God desires justice; Jesus doesn’t look the other way. Injustice in any area of life is offensive to our Lord. Jesus does not look the other way, but confronts the injustice he sees in the Temple courts. But he does more than that. He upends a system of worship dependent on one place or one building. He introduces a new temple, his own body. The kingdom of God—the realm and reign of God—is wherever Jesus is working. The temple of God is wherever Jesus is worshiped in spirit and truth. Our Lenten journey is not about our self-discipline; it is about following and worshiping this Jesus, all the way to Jerusalem, all the way to the cross.

A Presbyterian pastor in Scotland in the 20th century, George MacLeod, caught this in a powerful way in this quote:

“I simply argue that the cross be raised again, at the center of the marketplace as well as on the steeple of the church. I am recovering the claim that Jesus was not crucified in a cathedral between two candles but on a cross between two thieves; on a town garbage heap; at a crossroad of politics so cosmopolitan that they had to write His title in Hebrew and in Latin and in Greek … and at the kind of place where cynics talk smut, and thieves curse, and soldiers gamble.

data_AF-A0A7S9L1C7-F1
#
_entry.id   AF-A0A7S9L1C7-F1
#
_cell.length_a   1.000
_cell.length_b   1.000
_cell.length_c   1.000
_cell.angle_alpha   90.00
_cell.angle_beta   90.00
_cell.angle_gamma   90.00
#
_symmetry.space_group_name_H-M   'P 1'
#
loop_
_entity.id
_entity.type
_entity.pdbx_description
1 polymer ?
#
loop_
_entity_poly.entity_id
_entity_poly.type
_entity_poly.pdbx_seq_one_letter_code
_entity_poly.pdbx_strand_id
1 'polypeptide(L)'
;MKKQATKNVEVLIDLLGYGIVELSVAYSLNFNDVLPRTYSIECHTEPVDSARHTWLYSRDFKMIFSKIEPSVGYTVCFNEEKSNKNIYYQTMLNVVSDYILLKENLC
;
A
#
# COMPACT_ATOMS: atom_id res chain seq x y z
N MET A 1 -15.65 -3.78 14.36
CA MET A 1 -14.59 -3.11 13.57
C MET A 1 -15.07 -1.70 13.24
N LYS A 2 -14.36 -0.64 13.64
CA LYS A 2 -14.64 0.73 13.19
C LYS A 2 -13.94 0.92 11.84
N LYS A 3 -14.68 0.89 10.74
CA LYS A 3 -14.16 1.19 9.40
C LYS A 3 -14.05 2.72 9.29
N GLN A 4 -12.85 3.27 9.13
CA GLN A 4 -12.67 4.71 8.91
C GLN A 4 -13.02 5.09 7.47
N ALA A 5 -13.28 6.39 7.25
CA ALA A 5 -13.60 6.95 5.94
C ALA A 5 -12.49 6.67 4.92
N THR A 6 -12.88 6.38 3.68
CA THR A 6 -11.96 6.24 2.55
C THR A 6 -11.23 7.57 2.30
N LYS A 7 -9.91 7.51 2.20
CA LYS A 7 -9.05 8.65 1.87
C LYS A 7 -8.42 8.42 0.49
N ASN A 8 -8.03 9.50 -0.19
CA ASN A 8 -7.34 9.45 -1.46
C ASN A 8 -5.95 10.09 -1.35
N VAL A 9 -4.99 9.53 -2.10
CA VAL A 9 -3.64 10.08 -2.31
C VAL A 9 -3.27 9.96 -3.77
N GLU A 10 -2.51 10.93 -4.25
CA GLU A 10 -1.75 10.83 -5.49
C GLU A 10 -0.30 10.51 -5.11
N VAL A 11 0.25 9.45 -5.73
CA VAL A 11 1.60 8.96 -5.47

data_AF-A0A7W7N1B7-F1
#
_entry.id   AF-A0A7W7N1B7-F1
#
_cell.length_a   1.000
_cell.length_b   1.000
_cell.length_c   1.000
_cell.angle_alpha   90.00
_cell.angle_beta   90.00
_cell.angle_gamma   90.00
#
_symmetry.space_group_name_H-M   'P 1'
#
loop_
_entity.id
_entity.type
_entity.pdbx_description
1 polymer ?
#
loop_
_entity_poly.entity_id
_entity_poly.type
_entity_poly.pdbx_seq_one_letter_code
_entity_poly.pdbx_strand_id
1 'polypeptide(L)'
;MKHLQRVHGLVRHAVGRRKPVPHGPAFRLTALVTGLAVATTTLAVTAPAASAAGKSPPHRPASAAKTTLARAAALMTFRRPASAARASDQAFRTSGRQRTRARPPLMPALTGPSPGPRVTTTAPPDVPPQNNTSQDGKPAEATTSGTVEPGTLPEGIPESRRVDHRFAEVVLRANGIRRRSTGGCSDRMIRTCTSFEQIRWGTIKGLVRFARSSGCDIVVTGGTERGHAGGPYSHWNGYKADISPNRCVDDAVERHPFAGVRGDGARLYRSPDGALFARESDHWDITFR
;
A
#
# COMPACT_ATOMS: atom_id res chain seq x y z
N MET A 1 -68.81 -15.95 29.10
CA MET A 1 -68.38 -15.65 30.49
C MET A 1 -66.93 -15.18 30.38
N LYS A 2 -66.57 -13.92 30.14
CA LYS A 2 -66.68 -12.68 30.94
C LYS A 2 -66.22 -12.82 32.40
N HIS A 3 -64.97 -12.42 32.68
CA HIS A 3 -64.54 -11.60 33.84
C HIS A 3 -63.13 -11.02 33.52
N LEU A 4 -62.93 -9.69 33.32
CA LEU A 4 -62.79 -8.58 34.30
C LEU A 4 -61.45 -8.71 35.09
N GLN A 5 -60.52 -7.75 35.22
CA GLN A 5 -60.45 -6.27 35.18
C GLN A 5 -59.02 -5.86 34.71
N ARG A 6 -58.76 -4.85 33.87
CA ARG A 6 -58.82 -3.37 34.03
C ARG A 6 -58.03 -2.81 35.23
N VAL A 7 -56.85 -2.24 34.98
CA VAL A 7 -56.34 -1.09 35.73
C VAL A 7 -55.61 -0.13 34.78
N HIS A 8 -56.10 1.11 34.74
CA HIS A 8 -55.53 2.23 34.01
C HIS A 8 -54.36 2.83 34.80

Because that is where He died, and that is what He died about. And that is where Christ’s own ought to be, and that is what church people ought to be about.”

God desires justice; Jesus doesn’t look the other way. When we see injustice, will we care too or look the other way?

Now!

[This sermon was given at Perinton Presbyterian Church, Fairport NY, on the first Sunday in Lent, February 21, 2021. The text is Mark 1:9-15. It can be seen in the worship service of that day, now on the Perinton page on FaceBook.]

What movie best fits this pandemic? Someone suggested “Groundhog Day.” It was showing on some cable movie network three weeks ago on February 2, Groundhog Day, so I watched it again. I hadn’t seen it from beginning to end in some years. It really does have the right feel for now. This TV weather forecaster, played memorably by Bill Murray, is sent to Punxsutawney PA to cover the story of whether this groundhog sees his shadow or not, which determines whether we get six more weeks of winter or an early spring. That’s not much of a storyline, but it gets interesting when the weather guy starts reliving February 2, day after day after day. He is caught in one day repeating itself and he doesn’t know why or how to end it. It takes a while, but he eventually figures out what to do with that day that keeps recurring. He learns to live in the now.